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Heterogeneity in Expected Longevities

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Abstract

We develop a new methodology to compute differences in the expected longevity of individuals who are in different socioeconomic groups at age 50. We deal with the two main problems associated with the standard use of life expectancy: that people's socioeconomic characteristics evolve over time and that there is a time trend that reduces mortality over time. Using HRS data for individuals from different cohorts, we estimate a hazard model for survival with time-varying stochastic endogenous covariates that yields the desired expected durations. We uncover an enormous amount of heterogeneity in expected longevities between individuals in different socioeconomic groups, albeit less than implied by a naive (static) use of socioeconomic characteristics. Our analysis allows us to decompose the longevity differentials into differences in health at age 50, differences in mortality conditional on health, and differences in the evolution of health with age. Remarkably, it is the latter that is the most important for most socioeconomic characteristics. For instance, education and wealth are health protecting but have little impact on two-year mortality rates conditional on health. Finally, we document an increasing time trend of all these differentials in the period 1992-2008, and a likely increase in the socioeconomic gradient in mortality rates in the near future. The mortality differences that we find have huge welfare implications that dwarf the differences in consumption accruing to people in different socioeconomic groups.

Suggested Citation

  • Josep Pijoan-Mas & José-Víctor Ríos-Rull, 2012. "Heterogeneity in Expected Longevities," Working Papers wp2012_1210, CEMFI.
  • Handle: RePEc:cmf:wpaper:wp2012_1210
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    Cited by:

    1. Schünemann, Johannes & Strulik, Holger & Trimborn, Timo, 2016. "The gender gap in mortality: How much is explained by behavior?," ECON WPS - Vienna University of Technology Working Papers in Economic Theory and Policy 05/2016, Vienna University of Technology, Institute for Mathematical Methods in Economics, Research Group Economics (ECON).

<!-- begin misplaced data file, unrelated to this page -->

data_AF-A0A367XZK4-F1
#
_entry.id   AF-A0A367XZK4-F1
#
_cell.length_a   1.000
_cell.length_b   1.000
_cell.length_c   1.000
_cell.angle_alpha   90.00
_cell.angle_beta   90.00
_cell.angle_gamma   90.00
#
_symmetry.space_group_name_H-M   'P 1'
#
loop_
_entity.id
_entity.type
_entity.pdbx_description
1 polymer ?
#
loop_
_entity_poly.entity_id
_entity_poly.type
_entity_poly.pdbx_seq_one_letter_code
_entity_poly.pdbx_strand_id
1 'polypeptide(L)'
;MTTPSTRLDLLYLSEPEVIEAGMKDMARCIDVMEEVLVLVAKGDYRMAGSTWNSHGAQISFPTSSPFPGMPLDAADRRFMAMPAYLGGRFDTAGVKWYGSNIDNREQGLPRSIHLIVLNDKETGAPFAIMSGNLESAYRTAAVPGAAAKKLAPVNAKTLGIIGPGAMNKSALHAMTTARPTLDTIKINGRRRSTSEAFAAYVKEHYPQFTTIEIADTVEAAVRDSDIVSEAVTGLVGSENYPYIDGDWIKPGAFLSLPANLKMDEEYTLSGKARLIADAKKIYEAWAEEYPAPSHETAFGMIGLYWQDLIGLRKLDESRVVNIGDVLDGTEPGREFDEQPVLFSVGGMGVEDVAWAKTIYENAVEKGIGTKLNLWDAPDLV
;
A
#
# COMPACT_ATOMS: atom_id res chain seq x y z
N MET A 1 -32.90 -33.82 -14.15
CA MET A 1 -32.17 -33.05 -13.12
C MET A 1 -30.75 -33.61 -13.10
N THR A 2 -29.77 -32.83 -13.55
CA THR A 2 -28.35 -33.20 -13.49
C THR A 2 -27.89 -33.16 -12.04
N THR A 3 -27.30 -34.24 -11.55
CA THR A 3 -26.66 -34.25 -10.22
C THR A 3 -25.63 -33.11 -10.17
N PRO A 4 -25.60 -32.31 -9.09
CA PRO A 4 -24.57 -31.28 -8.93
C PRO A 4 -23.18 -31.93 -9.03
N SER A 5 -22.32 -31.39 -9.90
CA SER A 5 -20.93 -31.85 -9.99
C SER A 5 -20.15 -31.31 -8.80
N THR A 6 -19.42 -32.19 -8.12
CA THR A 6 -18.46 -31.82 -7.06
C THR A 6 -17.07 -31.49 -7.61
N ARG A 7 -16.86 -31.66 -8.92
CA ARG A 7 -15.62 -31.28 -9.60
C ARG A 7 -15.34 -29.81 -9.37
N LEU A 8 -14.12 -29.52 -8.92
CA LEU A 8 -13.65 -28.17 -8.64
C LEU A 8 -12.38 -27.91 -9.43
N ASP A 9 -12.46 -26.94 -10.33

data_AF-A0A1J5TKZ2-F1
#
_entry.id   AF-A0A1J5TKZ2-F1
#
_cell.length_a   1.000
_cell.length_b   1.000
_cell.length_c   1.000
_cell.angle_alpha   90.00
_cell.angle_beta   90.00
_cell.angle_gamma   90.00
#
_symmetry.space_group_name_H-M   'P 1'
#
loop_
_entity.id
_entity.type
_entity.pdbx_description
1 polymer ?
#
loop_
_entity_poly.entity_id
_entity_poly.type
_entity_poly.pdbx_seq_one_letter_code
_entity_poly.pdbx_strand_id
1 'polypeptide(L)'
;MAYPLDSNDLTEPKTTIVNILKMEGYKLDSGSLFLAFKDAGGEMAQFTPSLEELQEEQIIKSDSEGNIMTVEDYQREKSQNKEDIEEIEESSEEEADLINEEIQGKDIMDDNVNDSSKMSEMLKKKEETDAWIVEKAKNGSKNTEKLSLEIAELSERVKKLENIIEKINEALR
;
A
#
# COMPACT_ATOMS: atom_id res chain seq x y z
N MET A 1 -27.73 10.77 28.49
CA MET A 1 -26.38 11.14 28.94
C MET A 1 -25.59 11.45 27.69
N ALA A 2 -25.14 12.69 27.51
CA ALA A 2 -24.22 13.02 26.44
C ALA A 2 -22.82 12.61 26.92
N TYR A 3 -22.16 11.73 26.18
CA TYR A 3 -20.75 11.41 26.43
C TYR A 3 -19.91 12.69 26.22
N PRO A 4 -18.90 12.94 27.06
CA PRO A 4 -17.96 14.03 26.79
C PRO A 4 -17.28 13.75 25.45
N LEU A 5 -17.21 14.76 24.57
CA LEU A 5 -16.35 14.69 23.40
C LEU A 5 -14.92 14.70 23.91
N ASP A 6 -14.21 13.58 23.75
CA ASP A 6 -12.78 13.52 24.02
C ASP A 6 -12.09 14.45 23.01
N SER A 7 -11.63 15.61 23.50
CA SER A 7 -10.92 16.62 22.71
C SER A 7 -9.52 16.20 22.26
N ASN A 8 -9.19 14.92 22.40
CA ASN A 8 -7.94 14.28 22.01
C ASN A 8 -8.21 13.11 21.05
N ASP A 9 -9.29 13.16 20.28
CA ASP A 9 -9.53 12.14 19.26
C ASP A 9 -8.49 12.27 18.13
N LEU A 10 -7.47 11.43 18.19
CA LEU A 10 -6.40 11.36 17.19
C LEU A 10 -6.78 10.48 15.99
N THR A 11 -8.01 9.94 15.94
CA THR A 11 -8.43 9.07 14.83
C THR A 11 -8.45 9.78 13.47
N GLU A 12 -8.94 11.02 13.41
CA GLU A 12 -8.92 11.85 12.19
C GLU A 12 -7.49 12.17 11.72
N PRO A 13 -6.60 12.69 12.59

2. James M. Poterba, 2014. "Retirement Security in an Aging Society," NBER Working Papers 19930, National Bureau of Economic Research, Inc.
    3. Carl-Johan Dalgaard & Holger Strulik, 2017. "The Genesis of the Golden Age: Accounting for the Rise in Health and Leisure," Review of Economic Dynamics, Elsevier for the Society for Economic Dynamics, vol. 24, pages 132-151, March.
    4. repec:spr:series:v:8:y:2017:i:4:d:10.1007_s13209-017-0162-0 is not listed on IDEAS
    5. Ana Hidalgo-Cabrillana & Zoë Kuehn & Cristina Lopez-Mayan, 2017. "Development accounting using PIAAC data," SERIEs: Journal of the Spanish Economic Association, Springer;Spanish Economic Association, pages 373-399.

    More about this item

    Keywords

    Inequality in health; Heterogeneity in mortality rates; Life expectancies.;

    JEL classification:

    • I14 - Health, Education, and Welfare - - Health - - - Health and Inequality
    • I24 - Health, Education, and Welfare - - Education - - - Education and Inequality
    • J12 - Labor and Demographic Economics - - Demographic Economics - - - Marriage; Marital Dissolution; Family Structure
    • J14 - Labor and Demographic Economics - - Demographic Economics - - - Economics of the Elderly; Economics of the Handicapped; Non-Labor Market Discrimination

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